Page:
Difference between revisions of "Kiveton Park"
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Kiveton Park is located at an elevation of around 330 feet above sea level. It lies on the B6059 road (Station Road) and is served by two railway stations: Kiveton Bridge and Kiveton Park. The [[Chesterfield Canal]] lies to the south, while the villages of [[Todwick]] and [[South Anston]] are to the north and east
Kiveton Park is located at an elevation of around 330 feet above sea level. It lies on the B6059 road (Station Road) and is served by two railway stations: Kiveton Bridge and Kiveton Park. The [[Chesterfield Canal]] lies to the south, while the villages of [[Todwick]] and [[South Anston]] are to the north and east.
Latest revision as of 13:53, 22 June 2016
The old colliery offices, Kiveton
Kiveton Park is located at an elevation of around 330 feet above sea level. It lies on the B6059 road (Station Road) and is served by two railway stations: Kiveton Bridge and Kiveton Park. The Chesterfield Canal lies to the south, while the villages of Todwick and South Anston are to the north and east.
Kiveton gets its name from the Anglo-Saxon for the settlement in the hollow. In the Domesday Book it is written "Cieutone", and was under the ownership of William de Warenne. It subsequently transferred to the de Keuton family, who sold the estate on to former Lord Mayor of London Sir William Hewet in 1580. One of his descendants was Thomas Osborne who became the first Duke of Leeds. He arranged the building of a stately home in the village, Kiveton Hall (also spelled Keveton, Keeton or Keton Hall), in 1698. The building was demolished by George William Frederick Osborne, 6th Duke of Leeds in 1812, with local legend stating that the demolition was the result of a bet with the then Prince of Wales (subsequently King George IV). After Kiveton Hall was demolished, Hornby Castle became the main seat of the Dukes of Leeds. The traditional burial place of the Dukes of Leeds was |All Hallows Church, Harthill.
A Community History Project has been set up to record and encourage an understanding of the history of Kiveton Park and neighbouring Wales, particularly mining heritage. This was based in the Old Colliery Offices.
Coal mining has traditionally been the principal industry of Kiveton, and dates back to the Middle Ages. Much of the coal is near to the surface, and as early as 1598, the area was extracting 2,000 tons a year. By the middle of the 19th century, the coal-fields were being served both by canal and by rail, and in 1866, the Kiveton Park Colliery was sunk, making it one of the earliest deep mines in the world. As a result of the new colliery, the population of Kiveton increased from 300 to 1,400 over a period of ten years.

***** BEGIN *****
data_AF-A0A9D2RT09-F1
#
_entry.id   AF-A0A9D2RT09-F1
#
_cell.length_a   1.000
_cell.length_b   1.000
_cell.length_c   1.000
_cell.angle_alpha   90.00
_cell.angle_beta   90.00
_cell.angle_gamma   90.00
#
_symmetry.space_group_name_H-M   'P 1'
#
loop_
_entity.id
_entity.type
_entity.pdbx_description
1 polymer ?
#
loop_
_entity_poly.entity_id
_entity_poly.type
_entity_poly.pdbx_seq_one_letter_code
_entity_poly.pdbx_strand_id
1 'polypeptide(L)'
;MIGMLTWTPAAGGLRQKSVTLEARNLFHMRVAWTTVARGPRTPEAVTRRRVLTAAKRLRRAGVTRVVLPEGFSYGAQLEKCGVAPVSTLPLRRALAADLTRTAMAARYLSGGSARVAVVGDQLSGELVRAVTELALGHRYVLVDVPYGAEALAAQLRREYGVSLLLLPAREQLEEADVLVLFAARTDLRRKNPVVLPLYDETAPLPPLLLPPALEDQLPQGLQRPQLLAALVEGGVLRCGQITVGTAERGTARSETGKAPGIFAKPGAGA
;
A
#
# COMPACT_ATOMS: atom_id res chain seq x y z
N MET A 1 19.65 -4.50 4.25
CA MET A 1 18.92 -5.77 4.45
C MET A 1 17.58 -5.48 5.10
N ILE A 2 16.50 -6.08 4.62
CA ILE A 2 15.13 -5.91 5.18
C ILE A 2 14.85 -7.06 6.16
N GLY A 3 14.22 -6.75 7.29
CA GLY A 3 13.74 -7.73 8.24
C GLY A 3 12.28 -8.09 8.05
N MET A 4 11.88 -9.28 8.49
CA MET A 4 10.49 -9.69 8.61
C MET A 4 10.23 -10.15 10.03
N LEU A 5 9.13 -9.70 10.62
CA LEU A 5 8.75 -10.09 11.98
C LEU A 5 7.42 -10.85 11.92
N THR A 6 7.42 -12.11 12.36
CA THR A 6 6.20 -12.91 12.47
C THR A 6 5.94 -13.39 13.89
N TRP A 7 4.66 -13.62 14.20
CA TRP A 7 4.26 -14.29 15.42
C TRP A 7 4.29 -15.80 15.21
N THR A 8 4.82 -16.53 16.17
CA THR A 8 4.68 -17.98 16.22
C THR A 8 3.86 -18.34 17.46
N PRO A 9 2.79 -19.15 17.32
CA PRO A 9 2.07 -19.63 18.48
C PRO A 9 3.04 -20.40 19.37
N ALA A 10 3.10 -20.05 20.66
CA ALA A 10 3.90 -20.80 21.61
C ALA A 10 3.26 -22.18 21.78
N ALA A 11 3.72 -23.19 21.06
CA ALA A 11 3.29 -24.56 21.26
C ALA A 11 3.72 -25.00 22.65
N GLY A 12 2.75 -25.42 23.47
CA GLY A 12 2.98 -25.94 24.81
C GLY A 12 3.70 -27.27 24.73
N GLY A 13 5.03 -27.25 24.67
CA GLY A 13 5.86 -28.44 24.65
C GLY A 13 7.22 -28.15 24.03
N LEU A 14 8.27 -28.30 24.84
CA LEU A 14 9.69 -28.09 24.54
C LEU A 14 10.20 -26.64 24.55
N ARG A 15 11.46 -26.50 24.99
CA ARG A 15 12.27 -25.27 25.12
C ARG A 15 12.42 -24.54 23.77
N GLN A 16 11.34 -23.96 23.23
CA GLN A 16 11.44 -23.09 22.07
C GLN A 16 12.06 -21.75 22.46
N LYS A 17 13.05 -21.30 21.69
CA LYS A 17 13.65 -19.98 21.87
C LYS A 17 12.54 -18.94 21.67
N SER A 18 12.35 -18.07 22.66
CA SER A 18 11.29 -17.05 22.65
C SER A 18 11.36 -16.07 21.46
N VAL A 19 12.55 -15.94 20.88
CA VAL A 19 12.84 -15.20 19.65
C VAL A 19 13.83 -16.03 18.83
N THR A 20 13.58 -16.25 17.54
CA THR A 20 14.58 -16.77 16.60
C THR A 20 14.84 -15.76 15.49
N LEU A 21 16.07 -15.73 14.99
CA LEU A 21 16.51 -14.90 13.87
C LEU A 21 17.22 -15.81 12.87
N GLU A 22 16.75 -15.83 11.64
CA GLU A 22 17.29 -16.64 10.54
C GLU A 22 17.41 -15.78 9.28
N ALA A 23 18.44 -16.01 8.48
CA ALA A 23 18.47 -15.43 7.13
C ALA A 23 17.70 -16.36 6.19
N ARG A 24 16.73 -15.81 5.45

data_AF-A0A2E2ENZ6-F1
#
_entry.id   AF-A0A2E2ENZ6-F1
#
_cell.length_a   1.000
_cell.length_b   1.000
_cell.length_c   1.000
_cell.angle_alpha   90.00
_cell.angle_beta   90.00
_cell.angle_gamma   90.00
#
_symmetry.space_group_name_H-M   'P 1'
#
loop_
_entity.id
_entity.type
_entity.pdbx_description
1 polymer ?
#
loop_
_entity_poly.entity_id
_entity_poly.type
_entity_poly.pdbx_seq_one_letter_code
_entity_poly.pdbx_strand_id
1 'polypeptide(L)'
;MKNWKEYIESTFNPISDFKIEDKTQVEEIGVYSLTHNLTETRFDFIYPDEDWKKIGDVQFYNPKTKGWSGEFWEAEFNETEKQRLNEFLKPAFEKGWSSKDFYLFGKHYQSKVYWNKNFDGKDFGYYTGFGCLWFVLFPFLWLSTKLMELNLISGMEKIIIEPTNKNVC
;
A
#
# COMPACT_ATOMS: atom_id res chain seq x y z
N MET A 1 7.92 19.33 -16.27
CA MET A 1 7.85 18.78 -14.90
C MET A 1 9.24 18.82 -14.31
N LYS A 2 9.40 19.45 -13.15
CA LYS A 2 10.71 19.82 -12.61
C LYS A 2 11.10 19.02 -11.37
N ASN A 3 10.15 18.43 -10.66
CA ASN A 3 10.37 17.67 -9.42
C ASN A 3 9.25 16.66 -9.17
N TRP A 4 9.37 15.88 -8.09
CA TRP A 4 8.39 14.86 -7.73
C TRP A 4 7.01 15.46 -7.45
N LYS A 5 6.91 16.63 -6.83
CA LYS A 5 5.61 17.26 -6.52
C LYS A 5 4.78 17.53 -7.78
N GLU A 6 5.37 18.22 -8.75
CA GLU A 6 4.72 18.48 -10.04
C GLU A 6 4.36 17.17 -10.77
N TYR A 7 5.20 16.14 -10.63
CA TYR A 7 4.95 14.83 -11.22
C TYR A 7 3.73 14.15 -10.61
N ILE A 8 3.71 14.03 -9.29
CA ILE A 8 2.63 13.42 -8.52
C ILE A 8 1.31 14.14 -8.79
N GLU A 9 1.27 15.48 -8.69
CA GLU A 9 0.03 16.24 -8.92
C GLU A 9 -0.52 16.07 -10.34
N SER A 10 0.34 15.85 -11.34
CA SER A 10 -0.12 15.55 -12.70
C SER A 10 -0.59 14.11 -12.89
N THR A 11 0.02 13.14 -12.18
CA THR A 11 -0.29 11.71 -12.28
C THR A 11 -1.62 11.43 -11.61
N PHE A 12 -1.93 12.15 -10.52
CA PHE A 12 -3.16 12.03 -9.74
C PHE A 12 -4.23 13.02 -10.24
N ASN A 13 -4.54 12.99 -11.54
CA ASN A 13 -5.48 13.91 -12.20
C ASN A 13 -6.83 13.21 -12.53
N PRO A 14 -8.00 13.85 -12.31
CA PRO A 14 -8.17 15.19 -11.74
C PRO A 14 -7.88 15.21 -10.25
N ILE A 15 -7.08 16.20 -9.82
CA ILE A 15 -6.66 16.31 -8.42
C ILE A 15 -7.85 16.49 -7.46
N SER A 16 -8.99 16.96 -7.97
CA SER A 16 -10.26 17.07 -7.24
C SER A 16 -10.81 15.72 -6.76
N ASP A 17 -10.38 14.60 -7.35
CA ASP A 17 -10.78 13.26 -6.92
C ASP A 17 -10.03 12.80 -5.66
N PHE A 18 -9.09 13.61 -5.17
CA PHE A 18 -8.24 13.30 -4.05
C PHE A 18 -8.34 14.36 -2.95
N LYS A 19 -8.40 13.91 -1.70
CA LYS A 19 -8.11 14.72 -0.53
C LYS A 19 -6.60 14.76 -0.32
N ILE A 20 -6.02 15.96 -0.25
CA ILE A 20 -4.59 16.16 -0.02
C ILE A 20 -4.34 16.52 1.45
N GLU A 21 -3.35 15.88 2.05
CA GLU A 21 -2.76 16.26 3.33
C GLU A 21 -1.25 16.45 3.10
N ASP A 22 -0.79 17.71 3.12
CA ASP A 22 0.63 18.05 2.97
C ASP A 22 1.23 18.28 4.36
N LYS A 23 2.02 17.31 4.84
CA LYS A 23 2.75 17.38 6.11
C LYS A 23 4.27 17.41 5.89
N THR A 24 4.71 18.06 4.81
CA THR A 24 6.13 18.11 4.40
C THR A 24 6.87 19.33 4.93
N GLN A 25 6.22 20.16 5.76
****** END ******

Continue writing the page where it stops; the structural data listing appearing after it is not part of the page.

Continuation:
The pit closed in 1994, resulting in the loss of 1,000 jobs. As a consequence, Kiveton is now essentially a commuter base for adjacent towns.
Kiveton contains a steelworks at the bottom of Redhill, which was damaged by fire on 27 August 2009.
Most of the colliery buildings have since been demolished, but the protected pit-head baths (built in 1938), and the 1870s office building with its gothic clock tower, remain. The Kiveton Park and Wales Community Development Trust uses the office building as a base. The trust's aims are to provide services and increase development within the community sector.
Kiveton's sporting history extends back to 1879, when Kiveton Park Colliery Cricket Club was formed. The club has been a member of the Bassetlaw and District Cricket League since its inception in 1904. The first team did compete in an [ECB Premier League competition (the Nottinghamshire Premier League) for the 2011 season after winning the Bassetlaw League a year earlier, but were relegated back after one year.
In 1892, Kiveton Park Football Club was formed. The club has played in the FA Cup and FA Vase on numerous occasions. They currently play in the Sheffield & Hallamshire County Senior Football League, having previously been members of the Yorkshire League, Northern Counties East League and the Central Midlands League.
The village is the birthplace of football manager Herbert Chapman, and his brother Harry, a Sheffield Wednesday player. At one time the village football club was reputed to have produced more professional footballers than any place its size in England, with the Chapman brothers, Derrick Ashton (Aston Villa), Bert Morley (Notts County and England), Sidney Cartwright (Arsenal), Leslie Hoften (Manchester United), Eric Oakton (Chelsea) and Walter Wigmore (Birmingham City) all coming from the village.
Patrick Barclay, in his book about Herbert Chapman, wrote: "Kiveton Park could claim to have been a cradle of two revolutions, one industrial and the other sporting, and beyond question it is the birthplace of at least one great man, widely considered the father of football as we have come to know it. "
Following broadcasts since 2000, on Saturday 27 March 2010 Kiveton gained its own community radio station on a 5-year licence under Redroad FM. This licence was extended again by OFCOM in 2015 to 2020.
- James Toseland - Superbike World Champion
- Harry Chapman - Sheffield Wednesday football player
- Herbert Chapman - Arsenal Manager
- Eric Oakton - Chelsea football player
- Bert Morley - Notts County, Grimsby Town and England football player
- Leslie Hofton - Manchester United football player
- Walter Wigmore - Birmingham City football player
| ("Wikimedia Commons" has material|
about Kiveton Park)
- "Osborne family, Dukes of Leeds". The National Archives. http://www.nationalarchives.gov.uk/nra/searches/subjectView.asp?ID=F10781&tabType=HISTORY. Retrieved 2013-02-12.
- Patrick Barclay (2014). The Life and Times of Herbert Chapman. W&N. p. 1. ISBN 0297868500.